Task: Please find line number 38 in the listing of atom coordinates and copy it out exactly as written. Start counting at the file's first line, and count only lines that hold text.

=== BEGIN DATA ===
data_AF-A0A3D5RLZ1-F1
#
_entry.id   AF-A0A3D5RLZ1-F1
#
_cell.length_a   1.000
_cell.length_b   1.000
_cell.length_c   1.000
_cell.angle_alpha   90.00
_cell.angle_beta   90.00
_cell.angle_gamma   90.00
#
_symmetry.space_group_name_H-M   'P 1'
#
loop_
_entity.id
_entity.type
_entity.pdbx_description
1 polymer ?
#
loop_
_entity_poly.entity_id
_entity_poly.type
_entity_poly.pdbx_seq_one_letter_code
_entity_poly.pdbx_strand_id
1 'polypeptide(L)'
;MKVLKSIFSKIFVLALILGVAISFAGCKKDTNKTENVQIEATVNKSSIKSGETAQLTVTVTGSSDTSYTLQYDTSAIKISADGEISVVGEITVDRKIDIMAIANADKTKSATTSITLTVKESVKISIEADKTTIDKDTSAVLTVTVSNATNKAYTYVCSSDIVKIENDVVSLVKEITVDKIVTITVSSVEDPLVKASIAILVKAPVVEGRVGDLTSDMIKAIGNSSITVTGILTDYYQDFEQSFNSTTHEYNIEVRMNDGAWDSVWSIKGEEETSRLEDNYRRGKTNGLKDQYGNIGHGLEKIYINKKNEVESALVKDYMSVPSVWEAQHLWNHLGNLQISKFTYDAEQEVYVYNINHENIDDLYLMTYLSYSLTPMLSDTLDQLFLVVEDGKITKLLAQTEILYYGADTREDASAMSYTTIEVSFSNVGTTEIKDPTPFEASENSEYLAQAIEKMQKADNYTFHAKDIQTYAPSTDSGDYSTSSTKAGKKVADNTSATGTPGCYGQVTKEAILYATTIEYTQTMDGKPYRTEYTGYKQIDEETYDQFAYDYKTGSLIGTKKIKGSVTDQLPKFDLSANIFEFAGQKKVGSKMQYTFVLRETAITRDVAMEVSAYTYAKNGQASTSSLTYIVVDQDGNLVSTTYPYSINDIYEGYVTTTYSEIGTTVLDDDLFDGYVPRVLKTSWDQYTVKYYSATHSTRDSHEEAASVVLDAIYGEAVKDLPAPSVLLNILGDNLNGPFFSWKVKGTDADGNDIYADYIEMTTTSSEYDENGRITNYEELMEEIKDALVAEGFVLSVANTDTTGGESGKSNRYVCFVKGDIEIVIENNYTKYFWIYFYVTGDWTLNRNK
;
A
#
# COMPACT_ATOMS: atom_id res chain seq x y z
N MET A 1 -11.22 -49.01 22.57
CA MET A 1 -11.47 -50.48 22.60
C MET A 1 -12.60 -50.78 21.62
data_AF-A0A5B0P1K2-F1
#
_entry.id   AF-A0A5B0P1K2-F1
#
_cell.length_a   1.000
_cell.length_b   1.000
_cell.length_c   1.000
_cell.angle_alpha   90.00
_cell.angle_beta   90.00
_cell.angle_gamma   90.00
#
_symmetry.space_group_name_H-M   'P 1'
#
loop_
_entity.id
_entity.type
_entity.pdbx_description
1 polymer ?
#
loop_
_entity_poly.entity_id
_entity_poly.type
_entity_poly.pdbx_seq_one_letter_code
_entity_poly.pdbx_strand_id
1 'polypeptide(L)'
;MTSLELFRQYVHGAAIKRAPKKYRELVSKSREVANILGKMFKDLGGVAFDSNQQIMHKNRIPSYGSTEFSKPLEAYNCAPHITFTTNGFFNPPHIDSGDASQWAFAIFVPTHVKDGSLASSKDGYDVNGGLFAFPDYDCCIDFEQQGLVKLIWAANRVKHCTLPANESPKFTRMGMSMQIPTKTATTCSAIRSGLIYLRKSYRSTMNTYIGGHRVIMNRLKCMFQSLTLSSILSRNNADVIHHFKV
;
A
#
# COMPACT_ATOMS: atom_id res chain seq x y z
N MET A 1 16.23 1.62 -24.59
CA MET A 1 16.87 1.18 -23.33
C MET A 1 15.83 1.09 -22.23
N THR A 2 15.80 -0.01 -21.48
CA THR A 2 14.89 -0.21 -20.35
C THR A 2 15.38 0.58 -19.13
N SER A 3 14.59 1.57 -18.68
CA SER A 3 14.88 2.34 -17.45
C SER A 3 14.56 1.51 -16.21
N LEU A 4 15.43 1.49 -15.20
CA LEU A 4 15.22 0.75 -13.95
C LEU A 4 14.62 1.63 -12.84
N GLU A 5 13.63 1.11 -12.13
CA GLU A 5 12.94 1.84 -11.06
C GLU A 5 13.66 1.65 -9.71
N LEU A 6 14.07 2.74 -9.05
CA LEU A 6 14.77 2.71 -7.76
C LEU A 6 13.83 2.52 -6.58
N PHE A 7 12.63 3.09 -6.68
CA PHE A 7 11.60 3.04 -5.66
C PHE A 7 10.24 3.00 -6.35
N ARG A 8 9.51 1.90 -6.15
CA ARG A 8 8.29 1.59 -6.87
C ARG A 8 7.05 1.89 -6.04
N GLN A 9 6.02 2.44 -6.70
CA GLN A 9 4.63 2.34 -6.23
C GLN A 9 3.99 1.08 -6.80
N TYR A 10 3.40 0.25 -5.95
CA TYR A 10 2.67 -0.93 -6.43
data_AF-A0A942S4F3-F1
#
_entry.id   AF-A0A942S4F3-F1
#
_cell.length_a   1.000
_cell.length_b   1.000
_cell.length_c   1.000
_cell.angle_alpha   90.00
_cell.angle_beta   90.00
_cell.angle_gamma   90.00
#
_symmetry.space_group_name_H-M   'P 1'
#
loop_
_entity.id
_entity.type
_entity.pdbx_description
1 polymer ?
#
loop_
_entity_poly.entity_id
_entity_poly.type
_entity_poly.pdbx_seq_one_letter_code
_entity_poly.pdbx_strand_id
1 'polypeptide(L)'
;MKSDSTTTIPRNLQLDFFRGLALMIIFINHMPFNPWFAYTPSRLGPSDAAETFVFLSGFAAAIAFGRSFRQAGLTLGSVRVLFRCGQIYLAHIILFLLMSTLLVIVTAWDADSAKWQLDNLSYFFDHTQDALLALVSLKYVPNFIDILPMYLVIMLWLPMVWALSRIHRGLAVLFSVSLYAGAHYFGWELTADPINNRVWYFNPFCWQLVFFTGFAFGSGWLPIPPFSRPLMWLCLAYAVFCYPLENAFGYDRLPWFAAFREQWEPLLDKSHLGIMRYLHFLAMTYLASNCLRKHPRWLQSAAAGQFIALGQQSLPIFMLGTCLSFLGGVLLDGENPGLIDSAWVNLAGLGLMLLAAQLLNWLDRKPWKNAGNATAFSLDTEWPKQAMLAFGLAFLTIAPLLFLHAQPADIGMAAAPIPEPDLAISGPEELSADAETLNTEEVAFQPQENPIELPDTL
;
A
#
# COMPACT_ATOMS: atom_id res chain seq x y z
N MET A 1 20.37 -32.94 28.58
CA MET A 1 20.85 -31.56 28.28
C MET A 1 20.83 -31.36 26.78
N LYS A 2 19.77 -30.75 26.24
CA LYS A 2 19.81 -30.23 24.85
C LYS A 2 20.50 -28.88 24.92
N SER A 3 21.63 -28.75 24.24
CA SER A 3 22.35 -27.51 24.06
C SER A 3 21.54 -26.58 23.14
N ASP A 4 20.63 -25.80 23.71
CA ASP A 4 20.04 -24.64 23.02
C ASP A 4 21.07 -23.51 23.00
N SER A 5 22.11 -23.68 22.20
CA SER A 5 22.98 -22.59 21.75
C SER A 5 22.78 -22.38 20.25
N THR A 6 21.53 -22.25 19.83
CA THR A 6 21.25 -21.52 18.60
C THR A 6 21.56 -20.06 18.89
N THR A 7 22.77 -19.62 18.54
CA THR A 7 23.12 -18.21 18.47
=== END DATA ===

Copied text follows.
_cell.length_a   1.000